India pressed hard for a victory on day-5 of the 3rd Test match against England. But in the end, the England batsmen defended their way to the close of days’ play to leave India a few breaths short of victory.
Who knows what may have happened if India had another 15 or so overs? These, and other hypotheticals will surround the match, but the fact is that India won the series 1-0. It was an overseas series win to add to the win last year in the West Indies.
The day of “if only’s” commenced with an if-only off the very first ball. Sree Santh bowled a beauty to Alistair Cook that struck the batsman plumb in front. Umpire Ian Howell chose to not see it that way. During the day, Rahul Dravid dropped Michael Vaughan and M. S. Dhoni dropped Paul Collingwood. Both were difficult chances, but I’ve seen both Dravid and Dhoni take these. These missed catches added to the if-only ponderings.
However, in the end analysis, England had decided to pull down the shutters and play for a draw. The huge target put an England victory completely out of contention. But having decided that they would play for a draw, they proceeded down that path with aplomb. Instead of dour defence, they kept the scoreboard ticking — no doubt helped by the attacking fields that Dravid set at times. Pietersen was superb in his shot-selection as well as his innings-planning. He built the innings carefully and then played the gaps. He wouldn’t allow the bowlers to settle into a rhythm. Collingwood was a rock at one end as Pietersen scored freely at the other end.
The Indian bowlers toiled through the day and kept picking up wickets at regular intervals. But as in Sydney in 2004, India came close to winning the last Test in a marquee series, but not close enough.
Had India done the right thing by batting on? I think so — both in Sydney as well as at The Oval.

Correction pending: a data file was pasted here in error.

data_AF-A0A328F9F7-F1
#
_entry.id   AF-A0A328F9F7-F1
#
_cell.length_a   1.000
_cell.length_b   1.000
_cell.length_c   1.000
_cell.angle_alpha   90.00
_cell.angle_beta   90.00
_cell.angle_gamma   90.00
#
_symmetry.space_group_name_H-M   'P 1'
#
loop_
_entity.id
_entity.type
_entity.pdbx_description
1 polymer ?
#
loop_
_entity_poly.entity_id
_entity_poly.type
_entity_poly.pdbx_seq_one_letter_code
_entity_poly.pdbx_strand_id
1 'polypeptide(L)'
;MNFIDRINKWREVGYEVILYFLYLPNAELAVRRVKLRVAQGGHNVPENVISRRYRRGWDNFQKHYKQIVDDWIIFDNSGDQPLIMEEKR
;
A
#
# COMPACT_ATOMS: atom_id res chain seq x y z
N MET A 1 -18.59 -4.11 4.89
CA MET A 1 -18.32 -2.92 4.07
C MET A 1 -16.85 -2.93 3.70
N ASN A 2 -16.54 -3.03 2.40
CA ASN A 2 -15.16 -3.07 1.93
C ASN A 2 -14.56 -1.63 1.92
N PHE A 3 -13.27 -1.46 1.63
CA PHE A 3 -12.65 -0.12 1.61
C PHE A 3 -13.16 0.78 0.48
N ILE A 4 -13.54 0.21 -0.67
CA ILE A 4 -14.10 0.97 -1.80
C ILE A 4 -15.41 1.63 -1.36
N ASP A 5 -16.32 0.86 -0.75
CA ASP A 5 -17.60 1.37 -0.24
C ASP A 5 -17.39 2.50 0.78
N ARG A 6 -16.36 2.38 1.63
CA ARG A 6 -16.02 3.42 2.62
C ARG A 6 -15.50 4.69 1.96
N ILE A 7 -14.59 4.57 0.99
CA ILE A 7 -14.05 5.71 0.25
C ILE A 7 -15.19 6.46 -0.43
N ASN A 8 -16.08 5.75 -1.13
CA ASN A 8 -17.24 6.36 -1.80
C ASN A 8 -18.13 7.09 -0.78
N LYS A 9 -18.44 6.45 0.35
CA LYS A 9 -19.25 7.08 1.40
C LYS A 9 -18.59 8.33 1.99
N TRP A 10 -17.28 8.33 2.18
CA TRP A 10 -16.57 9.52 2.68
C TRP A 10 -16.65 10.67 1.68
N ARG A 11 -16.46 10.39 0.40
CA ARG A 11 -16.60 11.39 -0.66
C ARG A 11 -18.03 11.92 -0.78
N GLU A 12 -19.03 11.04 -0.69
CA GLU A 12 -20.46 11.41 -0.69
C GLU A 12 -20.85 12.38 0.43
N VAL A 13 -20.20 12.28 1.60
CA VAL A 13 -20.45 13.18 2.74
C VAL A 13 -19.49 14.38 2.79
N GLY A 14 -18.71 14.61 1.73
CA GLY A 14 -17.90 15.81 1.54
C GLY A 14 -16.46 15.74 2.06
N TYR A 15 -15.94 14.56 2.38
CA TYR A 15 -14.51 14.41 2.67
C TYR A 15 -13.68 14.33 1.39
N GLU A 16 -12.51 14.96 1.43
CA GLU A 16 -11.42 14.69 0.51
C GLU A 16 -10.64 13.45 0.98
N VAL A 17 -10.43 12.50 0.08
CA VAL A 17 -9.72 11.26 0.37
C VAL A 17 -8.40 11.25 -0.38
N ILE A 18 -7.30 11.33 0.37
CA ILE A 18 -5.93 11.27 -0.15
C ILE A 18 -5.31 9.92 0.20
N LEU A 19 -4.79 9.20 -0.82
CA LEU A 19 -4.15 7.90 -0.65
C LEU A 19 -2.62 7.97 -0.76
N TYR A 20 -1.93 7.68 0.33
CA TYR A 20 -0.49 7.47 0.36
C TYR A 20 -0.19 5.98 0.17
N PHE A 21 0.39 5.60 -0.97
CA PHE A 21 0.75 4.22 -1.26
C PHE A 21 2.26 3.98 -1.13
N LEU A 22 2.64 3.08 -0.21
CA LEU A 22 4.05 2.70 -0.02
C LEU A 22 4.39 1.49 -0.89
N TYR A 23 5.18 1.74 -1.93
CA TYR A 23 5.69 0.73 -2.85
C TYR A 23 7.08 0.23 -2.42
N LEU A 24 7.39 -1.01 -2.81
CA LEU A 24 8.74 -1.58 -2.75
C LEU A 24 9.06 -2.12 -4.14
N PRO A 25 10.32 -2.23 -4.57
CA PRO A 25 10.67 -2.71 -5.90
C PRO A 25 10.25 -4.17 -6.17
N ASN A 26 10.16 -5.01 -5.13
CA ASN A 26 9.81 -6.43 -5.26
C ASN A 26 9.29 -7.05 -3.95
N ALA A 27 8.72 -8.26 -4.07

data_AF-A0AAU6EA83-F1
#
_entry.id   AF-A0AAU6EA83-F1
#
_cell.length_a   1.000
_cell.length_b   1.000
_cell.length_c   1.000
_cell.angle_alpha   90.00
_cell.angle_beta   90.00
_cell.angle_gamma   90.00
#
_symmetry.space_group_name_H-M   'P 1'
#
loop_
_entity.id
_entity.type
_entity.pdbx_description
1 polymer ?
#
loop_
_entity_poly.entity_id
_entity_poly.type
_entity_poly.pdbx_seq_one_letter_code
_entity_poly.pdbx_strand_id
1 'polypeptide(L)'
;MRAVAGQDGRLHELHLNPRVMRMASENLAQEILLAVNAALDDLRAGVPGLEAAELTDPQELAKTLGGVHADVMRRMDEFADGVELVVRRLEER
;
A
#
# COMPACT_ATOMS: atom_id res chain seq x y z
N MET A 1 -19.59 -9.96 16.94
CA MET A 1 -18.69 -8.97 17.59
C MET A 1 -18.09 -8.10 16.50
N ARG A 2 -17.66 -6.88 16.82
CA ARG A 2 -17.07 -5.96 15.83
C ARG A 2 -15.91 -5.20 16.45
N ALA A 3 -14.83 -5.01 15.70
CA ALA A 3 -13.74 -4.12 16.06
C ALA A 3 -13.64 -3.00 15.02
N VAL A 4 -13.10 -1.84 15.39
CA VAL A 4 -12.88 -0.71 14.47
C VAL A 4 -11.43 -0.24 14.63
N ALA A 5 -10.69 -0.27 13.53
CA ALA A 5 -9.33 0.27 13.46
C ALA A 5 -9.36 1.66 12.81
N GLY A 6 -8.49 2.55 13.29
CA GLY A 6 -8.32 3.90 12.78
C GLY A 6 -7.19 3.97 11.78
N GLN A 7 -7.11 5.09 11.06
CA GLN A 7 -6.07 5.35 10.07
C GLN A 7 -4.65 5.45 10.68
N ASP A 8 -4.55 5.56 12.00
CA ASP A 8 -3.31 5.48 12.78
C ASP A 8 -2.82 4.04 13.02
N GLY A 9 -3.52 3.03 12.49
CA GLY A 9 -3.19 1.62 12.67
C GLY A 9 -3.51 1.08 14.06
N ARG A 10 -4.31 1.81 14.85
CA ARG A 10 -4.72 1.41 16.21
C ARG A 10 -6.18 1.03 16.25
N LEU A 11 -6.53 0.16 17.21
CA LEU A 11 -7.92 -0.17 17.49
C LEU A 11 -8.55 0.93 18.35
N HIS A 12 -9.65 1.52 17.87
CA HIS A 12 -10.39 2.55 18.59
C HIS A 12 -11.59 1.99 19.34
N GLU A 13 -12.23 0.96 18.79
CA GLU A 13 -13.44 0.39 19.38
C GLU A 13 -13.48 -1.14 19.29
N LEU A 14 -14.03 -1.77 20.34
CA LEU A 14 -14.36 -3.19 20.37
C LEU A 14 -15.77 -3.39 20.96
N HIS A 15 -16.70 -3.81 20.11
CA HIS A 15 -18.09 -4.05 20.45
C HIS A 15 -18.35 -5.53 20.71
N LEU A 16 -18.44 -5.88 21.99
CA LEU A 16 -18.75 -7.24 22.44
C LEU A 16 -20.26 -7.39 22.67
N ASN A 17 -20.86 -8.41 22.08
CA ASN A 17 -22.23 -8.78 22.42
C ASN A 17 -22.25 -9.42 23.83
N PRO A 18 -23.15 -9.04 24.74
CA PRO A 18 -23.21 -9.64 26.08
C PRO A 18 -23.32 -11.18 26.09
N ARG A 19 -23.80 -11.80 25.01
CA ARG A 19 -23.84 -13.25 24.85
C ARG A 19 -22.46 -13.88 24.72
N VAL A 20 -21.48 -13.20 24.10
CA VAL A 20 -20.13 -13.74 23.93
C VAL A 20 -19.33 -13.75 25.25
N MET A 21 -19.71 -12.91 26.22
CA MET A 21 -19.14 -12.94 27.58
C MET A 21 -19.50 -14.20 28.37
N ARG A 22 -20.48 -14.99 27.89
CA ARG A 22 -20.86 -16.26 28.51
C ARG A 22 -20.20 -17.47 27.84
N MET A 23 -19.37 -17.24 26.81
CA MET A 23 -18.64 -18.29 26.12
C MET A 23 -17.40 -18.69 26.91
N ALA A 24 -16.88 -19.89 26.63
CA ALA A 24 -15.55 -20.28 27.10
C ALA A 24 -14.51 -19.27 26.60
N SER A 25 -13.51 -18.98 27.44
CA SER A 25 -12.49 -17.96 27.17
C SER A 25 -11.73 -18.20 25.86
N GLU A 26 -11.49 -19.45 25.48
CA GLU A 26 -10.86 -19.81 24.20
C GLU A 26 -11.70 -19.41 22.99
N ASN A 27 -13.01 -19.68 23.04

Had India delayed the declaration? I think so — both in Sydney as well as at The Oval, with the difference being that in Sydney, they played positive cricket in the second innings.
But all of that is irrelevant now. India has won the series here and that was mightily important to the team, its progress and her fans. The difference between a 1-0 series win and a 2-0 series win would have been (a) a few points on the ICC Championship Table, (b) the opportunity to be number 2 in the ICC table — level with England on 109 points — instead of number 3 — level with Sri Lanka on 107 points, (c) making winning a habit.
The team, through Dravid, sent a message that 1-0 was good enough and that is what we got.
England had battened down the hatches and saved the match, but lost the series. The series win was Dravid’s prime KPI and he, and his team, had delivered.
But more importantly, it was a good team effort. India went with an unchanged team in all three Test matches. The team played well together — without a coach — and came away with a fantastic win at Trent Bridge after being under the pump at Lord’s in the 1st Test. They had won a series in England after 21 years. They played smart cricket through the series.
Lets not take that away from this Indian team.